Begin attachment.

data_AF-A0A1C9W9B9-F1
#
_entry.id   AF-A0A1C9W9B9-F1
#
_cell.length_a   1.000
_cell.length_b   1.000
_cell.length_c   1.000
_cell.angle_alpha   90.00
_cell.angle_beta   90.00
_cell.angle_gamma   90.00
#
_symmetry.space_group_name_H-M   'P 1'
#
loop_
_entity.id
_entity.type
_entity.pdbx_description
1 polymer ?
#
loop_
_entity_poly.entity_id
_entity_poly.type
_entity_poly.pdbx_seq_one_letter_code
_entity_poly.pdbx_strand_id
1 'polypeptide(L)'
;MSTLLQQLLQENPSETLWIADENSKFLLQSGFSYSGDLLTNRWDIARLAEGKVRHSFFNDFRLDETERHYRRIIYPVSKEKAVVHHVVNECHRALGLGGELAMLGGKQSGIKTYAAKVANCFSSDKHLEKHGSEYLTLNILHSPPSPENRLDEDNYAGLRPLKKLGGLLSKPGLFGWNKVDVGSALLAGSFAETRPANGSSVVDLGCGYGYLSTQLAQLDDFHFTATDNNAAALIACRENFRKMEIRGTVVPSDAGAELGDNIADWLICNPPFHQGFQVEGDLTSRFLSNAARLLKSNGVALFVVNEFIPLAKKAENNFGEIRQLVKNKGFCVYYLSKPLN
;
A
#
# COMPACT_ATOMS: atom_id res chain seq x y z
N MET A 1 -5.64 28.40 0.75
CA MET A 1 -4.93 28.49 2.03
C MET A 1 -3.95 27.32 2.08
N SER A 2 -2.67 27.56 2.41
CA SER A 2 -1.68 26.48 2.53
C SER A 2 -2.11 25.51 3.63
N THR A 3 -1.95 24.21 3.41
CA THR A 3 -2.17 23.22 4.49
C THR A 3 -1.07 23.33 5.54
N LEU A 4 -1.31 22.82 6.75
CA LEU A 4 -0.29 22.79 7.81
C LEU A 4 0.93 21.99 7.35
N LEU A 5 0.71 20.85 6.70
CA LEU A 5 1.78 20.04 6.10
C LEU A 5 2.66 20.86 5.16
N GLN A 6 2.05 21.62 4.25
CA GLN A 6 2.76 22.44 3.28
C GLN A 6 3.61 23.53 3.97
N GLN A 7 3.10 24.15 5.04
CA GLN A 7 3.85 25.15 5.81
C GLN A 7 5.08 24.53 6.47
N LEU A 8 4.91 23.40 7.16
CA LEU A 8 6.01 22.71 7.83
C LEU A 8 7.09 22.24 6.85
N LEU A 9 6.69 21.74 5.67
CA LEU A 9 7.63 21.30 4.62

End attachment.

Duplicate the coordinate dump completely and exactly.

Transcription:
data_AF-A0A1C9W9B9-F1
#
_entry.id   AF-A0A1C9W9B9-F1
#
_cell.length_a   1.000
_cell.length_b   1.000
_cell.length_c   1.000
_cell.angle_alpha   90.00
_cell.angle_beta   90.00
_cell.angle_gamma   90.00
#
_symmetry.space_group_name_H-M   'P 1'
#
loop_
_entity.id
_entity.type
_entity.pdbx_description
1 polymer ?
#
loop_
_entity_poly.entity_id
_entity_poly.type
_entity_poly.pdbx_seq_one_letter_code
_entity_poly.pdbx_strand_id
1 'polypeptide(L)'
;MSTLLQQLLQENPSETLWIADENSKFLLQSGFSYSGDLLTNRWDIARLAEGKVRHSFFNDFRLDETERHYRRIIYPVSKEKAVVHHVVNECHRALGLGGELAMLGGKQSGIKTYAAKVANCFSSDKHLEKHGSEYLTLNILHSPPSPENRLDEDNYAGLRPLKKLGGLLSKPGLFGWNKVDVGSALLAGSFAETRPANGSSVVDLGCGYGYLSTQLAQLDDFHFTATDNNAAALIACRENFRKMEIRGTVVPSDAGAELGDNIADWLICNPPFHQGFQVEGDLTSRFLSNAARLLKSNGVALFVVNEFIPLAKKAENNFGEIRQLVKNKGFCVYYLSKPLN
;
A
#
# COMPACT_ATOMS: atom_id res chain seq x y z
N MET A 1 -5.64 28.40 0.75
CA MET A 1 -4.93 28.49 2.03
C MET A 1 -3.95 27.32 2.08
N SER A 2 -2.67 27.56 2.41
CA SER A 2 -1.68 26.48 2.53
C SER A 2 -2.11 25.51 3.63
N THR A 3 -1.95 24.21 3.41
CA THR A 3 -2.17 23.22 4.49
C THR A 3 -1.07 23.33 5.54
N LEU A 4 -1.31 22.82 6.75
CA LEU A 4 -0.29 22.79 7.81
C LEU A 4 0.93 21.99 7.35
N LEU A 5 0.71 20.85 6.70
CA LEU A 5 1.78 20.04 6.10
C LEU A 5 2.66 20.86 5.16
N GLN A 6 2.05 21.62 4.25
CA GLN A 6 2.76 22.44 3.28
C GLN A 6 3.61 23.53 3.97
N GLN A 7 3.10 24.15 5.04
CA GLN A 7 3.85 25.15 5.81
C GLN A 7 5.08 24.53 6.47
N LEU A 8 4.91 23.40 7.16
CA LEU A 8 6.01 22.71 7.83
C LEU A 8 7.09 22.24 6.85
N LEU A 9 6.69 21.74 5.67
CA LEU A 9 7.63 21.30 4.62